Deutsche Bank and Citigroup admit anti-competitive practices

Deutsche Bank (DB) and Citigroup (C) admitted Wednesday to trade sensitive information on UK government bonds between 2009 and 2013, and were among five banks, including HSBC (HSBC), Morgan Stanley (MS) and Royal Bank of Canada (RY), found guilty of breaching UK competition law.

A small number of traders from each of the banks illegally exchanged information about the pricing and trading strategies of UK gilts and gilt asset trading via private Bloomberg chat rooms, the UK competition regulator said. Competition and Markets Authority (CMA).

These actions likely had negative effects on bank customers, including the UK's Debt Management Office (which issues government funds by auction), pension funds and, at the end of the account, the Treasury and the UK taxpayers, depriving them of all the benefits of market competition, including lower borrowing costs.

'A competitive and properly functioning bond market benefits tens of millions of taxpayers and savers, as well as being central to the UK's reputation as a global financial hub. These alleged activities are therefore very serious and warrant the detailed investigation we have undertaken, " said Michael Grenfell, executive director of law enforcement at CMA.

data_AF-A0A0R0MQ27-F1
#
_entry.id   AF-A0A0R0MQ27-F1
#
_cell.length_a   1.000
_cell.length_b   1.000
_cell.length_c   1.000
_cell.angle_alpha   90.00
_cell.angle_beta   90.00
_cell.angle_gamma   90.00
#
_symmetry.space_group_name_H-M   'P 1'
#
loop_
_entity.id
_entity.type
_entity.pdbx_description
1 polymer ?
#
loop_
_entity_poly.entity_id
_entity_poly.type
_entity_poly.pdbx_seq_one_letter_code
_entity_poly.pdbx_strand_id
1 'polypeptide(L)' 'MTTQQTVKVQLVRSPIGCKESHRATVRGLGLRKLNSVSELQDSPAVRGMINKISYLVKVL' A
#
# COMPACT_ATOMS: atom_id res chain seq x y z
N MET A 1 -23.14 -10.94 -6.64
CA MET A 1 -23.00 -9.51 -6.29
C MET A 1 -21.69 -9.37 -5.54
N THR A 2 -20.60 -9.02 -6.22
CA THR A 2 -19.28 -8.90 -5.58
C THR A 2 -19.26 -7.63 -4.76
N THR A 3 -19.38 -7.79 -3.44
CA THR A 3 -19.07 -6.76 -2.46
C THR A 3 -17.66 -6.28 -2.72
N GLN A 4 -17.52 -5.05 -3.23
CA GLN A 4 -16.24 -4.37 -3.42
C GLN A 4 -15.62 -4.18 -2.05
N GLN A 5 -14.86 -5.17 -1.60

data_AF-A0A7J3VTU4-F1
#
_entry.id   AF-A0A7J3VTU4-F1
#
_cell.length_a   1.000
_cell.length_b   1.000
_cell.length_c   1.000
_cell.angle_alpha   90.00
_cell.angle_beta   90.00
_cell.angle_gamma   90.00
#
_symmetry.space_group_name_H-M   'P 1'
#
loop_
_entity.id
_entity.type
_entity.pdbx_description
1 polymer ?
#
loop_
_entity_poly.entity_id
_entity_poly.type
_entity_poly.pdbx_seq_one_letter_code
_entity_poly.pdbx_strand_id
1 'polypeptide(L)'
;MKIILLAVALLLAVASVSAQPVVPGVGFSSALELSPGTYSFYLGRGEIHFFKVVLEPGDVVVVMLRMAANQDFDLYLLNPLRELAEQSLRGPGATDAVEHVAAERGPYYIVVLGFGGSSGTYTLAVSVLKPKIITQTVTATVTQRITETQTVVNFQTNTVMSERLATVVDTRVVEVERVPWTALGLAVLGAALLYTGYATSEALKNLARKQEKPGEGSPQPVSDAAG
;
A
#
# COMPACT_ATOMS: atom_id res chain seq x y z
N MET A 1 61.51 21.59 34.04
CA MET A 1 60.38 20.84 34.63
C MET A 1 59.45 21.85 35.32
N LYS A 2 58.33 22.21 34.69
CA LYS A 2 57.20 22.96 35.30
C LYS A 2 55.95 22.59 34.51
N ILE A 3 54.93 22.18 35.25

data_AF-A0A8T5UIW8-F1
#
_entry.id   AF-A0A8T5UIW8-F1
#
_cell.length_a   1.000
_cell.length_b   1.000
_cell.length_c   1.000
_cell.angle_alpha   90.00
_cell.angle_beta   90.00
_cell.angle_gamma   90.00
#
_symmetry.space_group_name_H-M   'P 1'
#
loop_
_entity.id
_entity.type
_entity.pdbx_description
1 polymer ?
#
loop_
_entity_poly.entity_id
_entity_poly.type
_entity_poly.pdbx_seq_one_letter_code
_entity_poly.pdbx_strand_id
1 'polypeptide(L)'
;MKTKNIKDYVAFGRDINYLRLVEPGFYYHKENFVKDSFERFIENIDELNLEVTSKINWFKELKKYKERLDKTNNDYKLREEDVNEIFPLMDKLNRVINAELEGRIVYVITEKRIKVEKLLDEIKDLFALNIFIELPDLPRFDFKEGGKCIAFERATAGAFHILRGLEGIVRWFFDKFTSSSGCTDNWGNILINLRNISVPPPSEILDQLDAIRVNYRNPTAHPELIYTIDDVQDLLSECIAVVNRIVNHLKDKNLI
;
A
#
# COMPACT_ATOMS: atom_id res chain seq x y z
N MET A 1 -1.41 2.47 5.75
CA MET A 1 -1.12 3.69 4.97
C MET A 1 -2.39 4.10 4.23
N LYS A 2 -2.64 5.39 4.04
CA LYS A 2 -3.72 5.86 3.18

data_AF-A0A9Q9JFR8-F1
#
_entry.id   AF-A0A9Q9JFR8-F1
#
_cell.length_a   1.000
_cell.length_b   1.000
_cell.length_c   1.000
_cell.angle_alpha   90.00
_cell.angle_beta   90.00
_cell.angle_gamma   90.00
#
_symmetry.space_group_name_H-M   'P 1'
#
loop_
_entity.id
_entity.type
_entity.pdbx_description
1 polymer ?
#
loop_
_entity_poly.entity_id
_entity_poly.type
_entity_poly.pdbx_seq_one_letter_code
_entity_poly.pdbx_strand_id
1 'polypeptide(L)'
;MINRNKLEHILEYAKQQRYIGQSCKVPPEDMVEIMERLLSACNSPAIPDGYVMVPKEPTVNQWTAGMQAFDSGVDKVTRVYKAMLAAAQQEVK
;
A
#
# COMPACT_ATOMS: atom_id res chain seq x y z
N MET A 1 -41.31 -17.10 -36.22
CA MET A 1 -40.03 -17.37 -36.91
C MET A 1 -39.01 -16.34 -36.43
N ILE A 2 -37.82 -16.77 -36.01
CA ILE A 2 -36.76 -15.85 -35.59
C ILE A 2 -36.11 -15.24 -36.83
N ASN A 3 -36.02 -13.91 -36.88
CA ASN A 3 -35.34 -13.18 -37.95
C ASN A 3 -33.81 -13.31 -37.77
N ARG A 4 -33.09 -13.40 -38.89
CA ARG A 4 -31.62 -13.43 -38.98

Due to their cooperation with regulators, Deutsche Bank could be spared a fine, while any fines received by Citigroup will be deducted. The other three banks have issued no statements admitting wrongdoing and could face fines once the regulator issues a notice of violation.

Citigroup shares fell down around 3%, while Deutsche Bank shares traded around 1% lower in early trading on Wednesday. Shares of Deutsche Bank have fallen 5% so far this year, while those of Citigroup have risen just under 4%, outperforming the broader financial sector, which has also decreased by 5% over the same period.



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